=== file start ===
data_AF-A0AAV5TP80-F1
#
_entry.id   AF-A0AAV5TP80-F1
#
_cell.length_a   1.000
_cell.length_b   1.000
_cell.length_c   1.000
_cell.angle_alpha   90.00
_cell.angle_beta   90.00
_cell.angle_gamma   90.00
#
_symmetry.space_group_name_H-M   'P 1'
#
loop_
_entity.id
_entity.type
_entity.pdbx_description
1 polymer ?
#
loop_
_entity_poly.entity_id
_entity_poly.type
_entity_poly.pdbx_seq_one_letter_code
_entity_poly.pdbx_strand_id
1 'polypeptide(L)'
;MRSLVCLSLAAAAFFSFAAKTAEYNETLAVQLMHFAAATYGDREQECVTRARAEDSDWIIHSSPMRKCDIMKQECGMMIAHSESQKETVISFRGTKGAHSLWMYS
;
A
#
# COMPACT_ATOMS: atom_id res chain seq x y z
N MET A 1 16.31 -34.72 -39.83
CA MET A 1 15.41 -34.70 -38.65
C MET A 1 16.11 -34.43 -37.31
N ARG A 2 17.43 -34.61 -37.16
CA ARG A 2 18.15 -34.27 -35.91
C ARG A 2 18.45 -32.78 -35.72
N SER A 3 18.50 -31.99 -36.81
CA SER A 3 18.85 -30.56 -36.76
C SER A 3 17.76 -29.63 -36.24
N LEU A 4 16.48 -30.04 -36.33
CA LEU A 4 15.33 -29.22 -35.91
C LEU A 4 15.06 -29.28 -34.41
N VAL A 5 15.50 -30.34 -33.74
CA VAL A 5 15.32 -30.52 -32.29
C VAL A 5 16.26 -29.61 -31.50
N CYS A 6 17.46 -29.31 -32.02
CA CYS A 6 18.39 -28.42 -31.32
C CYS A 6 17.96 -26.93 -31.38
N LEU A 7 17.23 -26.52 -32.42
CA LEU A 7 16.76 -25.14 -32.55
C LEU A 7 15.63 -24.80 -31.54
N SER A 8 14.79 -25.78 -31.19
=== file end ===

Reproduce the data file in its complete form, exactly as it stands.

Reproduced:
data_AF-A0AAV5TP80-F1
#
_entry.id   AF-A0AAV5TP80-F1
#
_cell.length_a   1.000
_cell.length_b   1.000
_cell.length_c   1.000
_cell.angle_alpha   90.00
_cell.angle_beta   90.00
_cell.angle_gamma   90.00
#
_symmetry.space_group_name_H-M   'P 1'
#
loop_
_entity.id
_entity.type
_entity.pdbx_description
1 polymer ?
#
loop_
_entity_poly.entity_id
_entity_poly.type
_entity_poly.pdbx_seq_one_letter_code
_entity_poly.pdbx_strand_id
1 'polypeptide(L)'
;MRSLVCLSLAAAAFFSFAAKTAEYNETLAVQLMHFAAATYGDREQECVTRARAEDSDWIIHSSPMRKCDIMKQECGMMIAHSESQKETVISFRGTKGAHSLWMYS
;
A
#
# COMPACT_ATOMS: atom_id res chain seq x y z
N MET A 1 16.31 -34.72 -39.83
CA MET A 1 15.41 -34.70 -38.65
C MET A 1 16.11 -34.43 -37.31
N ARG A 2 17.43 -34.61 -37.16
CA ARG A 2 18.15 -34.27 -35.91
C ARG A 2 18.45 -32.78 -35.72
N SER A 3 18.50 -31.99 -36.81
CA SER A 3 18.85 -30.56 -36.76
C SER A 3 17.76 -29.63 -36.24
N LEU A 4 16.48 -30.04 -36.33
CA LEU A 4 15.33 -29.22 -35.91
C LEU A 4 15.06 -29.28 -34.41
N VAL A 5 15.50 -30.34 -33.74
CA VAL A 5 15.32 -30.52 -32.29
C VAL A 5 16.26 -29.61 -31.50
N CYS A 6 17.46 -29.31 -32.02
CA CYS A 6 18.39 -28.42 -31.32
C CYS A 6 17.96 -26.93 -31.38
N LEU A 7 17.23 -26.52 -32.42
CA LEU A 7 16.76 -25.14 -32.55
C LEU A 7 15.63 -24.80 -31.54
N SER A 8 14.79 -25.78 -31.19